Eligibility for VA Loans Based On Period of Service

Your eligibility is established by receiving your Certificate of Eligibility, which is obtained by filling out the VA form 26-1880 and submitting it to the VA for review. Getting your COE is the first step in applying for a VA loan, and can be done on your own or with a lender, online or in the mail.
; that is up to the individual lender and is subject to whether you meet the financial requirements for loan approval. Below are explanations of the different categories of service and the requirements for each.

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Wartime Service– If you served during WWII (9/16/1940 to 7/25/1947), the Korean War (6/27/1950 to 1/31/1955), or the Vietnam War (8/5/1964 to 5/7/1975), then you must have served for at least 90 days on active duty and have any discharge other than dishonorable. An exception to the 90 days requirement can be granted if discharge was due to a service-related disability. See a VA-approved lender for more information on getting your Certificate of Eligibility and qualifying for a VA loan.

Peacetime- If you served during any period prior to 1980 that was not during wartime (dates listed above), you would be classified under this category. Requirements for eligibility for service during this time frame include at least 181 days of continuous active duty status. To be eligible, you must also have received a discharge other than dishonorable. Just like for wartime service, if you were discharged prior to 181 days due to a service-related disability, an exception may be granted to allow you to be eligible for a VA loan.

Post 1980/1981 (Enlisted/Officer) Service– If your military service began after 9/7/1980 (enlisted) or 10/1601981 (officer), then you’ll be under more strict service requirements. You must have completed 24 months of continuous active duty or the full period that you were ordered to active duty as long as it was at least 181 days. This stipulation exists for those ordered off of active duty for reasons outside their control before the 24 month requirement. Discharge must also be other than dishonorable in order to be eligible. Individuals discharged with less than 181 days of active service for service-related disabilities are also eligible. Other reasons for discharge outside the control of the service member can also make the veteran eligible. These reasons include involuntary reduction in force, some medical conditions, or convenience of the Government.

Gulf War– If you began service after 8/2/1990 you are considered a Gulf War veteran. For a Gulf War veteran to be eligible for the VA loan program, they must have completed 24 months of continuous active duty or the full period that you were ordered to active duty as long as it was at least 90 days or have been discharged prior to 90 days of service due to a service-related disability. You must have a discharge other than dishonorable.= in order to be eligible.

Active Duty– If you’re currently on regular duty (as opposed to active duty for training), you need to serve for 181 days (unless you began during the Gulf War, then it is only 90 days).

Reserves and National Guard– In order for a Guard/Reservist to be eligible, assuming they are not otherwise eligible from previous military service, he or she needs to complete a total of 6 years of service in the Reserved or Guard. This includes attending required weekend drills and 2-week active duty training every year. Upon discharge, an honorable discharge must be received, or the veteran must have been placed on the retired list or the Standby Reserve after honorable service.

Surviving Spouse– Spouses of veterans who died in service or due to a service-related disability can be eligible for VA loan benefits providing. Requirements vary based on time frame and age; speak with a VA-approved lender to find out if you could be eligible for VA loan benefits

Limits on VA Loan Eligibility – What About Age?

It is interesting that there is so much confusion and misunderstanding surrounding eligibility for VA loans. Aside from confusion about where the money being lent in a VA loan comes from, misconceptions about VA loan eligibility are probably the most prominent of all the myths surrounding the VA loan benefit. Being clear on who is eligible for VA loans and why is obviously a very important thing for veterans or those directly related or married to a veteran. While eligibility is pretty cut-and-dry, some people who think they might not be eligible actually are, while others may be surprised to find out that they actually are not eligible for VA loan benefits.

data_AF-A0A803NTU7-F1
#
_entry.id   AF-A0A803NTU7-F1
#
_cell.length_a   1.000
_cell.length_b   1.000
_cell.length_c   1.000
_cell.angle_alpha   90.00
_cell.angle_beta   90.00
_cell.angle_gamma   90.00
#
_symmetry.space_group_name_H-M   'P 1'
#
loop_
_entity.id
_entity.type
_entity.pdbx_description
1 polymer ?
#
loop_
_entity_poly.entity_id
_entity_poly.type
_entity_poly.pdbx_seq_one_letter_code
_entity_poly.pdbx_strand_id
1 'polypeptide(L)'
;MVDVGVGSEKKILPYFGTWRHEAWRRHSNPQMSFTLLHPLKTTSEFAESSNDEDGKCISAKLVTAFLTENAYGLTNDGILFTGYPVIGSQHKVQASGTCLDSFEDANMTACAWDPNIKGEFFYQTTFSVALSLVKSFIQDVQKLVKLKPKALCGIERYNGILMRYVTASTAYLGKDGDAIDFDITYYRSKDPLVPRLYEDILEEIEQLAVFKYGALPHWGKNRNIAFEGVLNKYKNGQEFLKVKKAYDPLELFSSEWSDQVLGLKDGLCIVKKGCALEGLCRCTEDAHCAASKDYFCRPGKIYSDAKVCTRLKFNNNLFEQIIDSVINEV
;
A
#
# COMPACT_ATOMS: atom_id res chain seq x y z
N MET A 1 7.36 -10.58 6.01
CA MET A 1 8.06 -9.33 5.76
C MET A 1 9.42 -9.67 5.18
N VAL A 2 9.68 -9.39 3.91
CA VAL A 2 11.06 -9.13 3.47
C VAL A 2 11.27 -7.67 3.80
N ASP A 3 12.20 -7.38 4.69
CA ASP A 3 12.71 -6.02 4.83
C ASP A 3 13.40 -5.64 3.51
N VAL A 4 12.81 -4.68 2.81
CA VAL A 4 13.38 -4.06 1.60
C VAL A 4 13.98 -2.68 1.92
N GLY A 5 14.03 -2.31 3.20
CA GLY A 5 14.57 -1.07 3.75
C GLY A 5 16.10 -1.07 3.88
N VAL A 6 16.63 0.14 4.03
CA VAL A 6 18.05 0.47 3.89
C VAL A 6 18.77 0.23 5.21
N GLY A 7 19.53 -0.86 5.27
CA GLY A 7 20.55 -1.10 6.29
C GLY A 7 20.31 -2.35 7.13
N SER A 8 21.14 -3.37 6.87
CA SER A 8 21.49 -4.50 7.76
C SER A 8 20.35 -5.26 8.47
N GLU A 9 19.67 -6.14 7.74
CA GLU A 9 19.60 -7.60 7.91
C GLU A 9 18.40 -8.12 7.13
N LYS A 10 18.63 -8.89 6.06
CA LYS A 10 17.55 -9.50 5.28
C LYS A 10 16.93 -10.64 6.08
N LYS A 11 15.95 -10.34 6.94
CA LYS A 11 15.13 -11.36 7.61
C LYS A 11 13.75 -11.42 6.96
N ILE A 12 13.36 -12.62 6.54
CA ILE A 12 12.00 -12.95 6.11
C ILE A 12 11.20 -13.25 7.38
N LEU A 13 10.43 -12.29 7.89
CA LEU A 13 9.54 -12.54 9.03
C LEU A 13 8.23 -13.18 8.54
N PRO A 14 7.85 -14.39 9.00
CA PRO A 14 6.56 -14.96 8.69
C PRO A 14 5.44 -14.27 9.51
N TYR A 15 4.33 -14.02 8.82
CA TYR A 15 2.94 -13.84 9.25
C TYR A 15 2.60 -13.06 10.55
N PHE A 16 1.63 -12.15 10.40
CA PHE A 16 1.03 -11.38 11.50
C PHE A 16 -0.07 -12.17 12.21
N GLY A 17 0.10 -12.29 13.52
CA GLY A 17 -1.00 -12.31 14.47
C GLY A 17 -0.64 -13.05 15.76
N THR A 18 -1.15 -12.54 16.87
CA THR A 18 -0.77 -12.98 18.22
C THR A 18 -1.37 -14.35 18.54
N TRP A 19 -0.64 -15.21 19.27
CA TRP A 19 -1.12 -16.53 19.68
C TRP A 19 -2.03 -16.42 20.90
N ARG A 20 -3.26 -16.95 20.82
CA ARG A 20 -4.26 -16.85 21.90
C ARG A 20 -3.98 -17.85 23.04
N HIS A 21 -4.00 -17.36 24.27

In order for a veteran to qualify, the first requirement they must meet is their time in service requirement. This varies from branch to branch, most particularly from full-time service branches to part-time (National Guard, Reserve). The second requirement that a veteran must meet is the discharge requirement (if they have already received their discharge). Veterans with a less-than-honorable discharge are not automatically eligible for the VA loan benefit, but can take steps to be awarded eligibility. A lot of servicemembers use their VA benefits as soon as they can while still very young, while a fair amount also wait until later in life to take on the burden on finances and time that owning a home can be.

For a veteran who uses his or her VA loan benefits early, and pays off their home before age 50, it might make sense to want to purchase another home. It also makes sense that they would want to take advantage of their VA loan benefits again. A veteran in this situation (or a veteran who opted not to utilize his or her VA loan benefits until a later age) will probably wonder if they are still eligible to use the benefits. After all, it’s possible that there is a time limit on the benefits or an age limit; perhaps you have to use the benefit within 10 years of separation or before age 40, or something like that. In this area, the VA is very clear with their rules, making it easy to understand.

It is no issue for a borrower to re-use their VA eligibility a second, or even a third time. For a borrower that has fully paid off their previous home, this is a very simple process involving an application for a restoration of VA loan eligibility. For someone selling a house bought with a VA loan and hoping to buy another house with their VA benefits (a typical moving scenario) it can get more complicated, but we won’t go into detail on that here. For the borrower who has already paid off their home, they need to furnish proof that the original VA loan has been completely paid off.

One thing that might surprise a borrower is that they must sell the property they’ve paid off before their VA eligibility can be restored. While this at first seems odd, it makes sense after thinking about it; the purpose of the VA loan program is to assist the veteran in purchasing suitable housing – for a primary living residence. If the veteran already owns a home and isn’t planning on selling it, how does the VA know that the benefit is being used for its intended purpose? There are cases where the VA might approve a one-time exception to selling the home before allowing a new VA loan to be made to the borrower.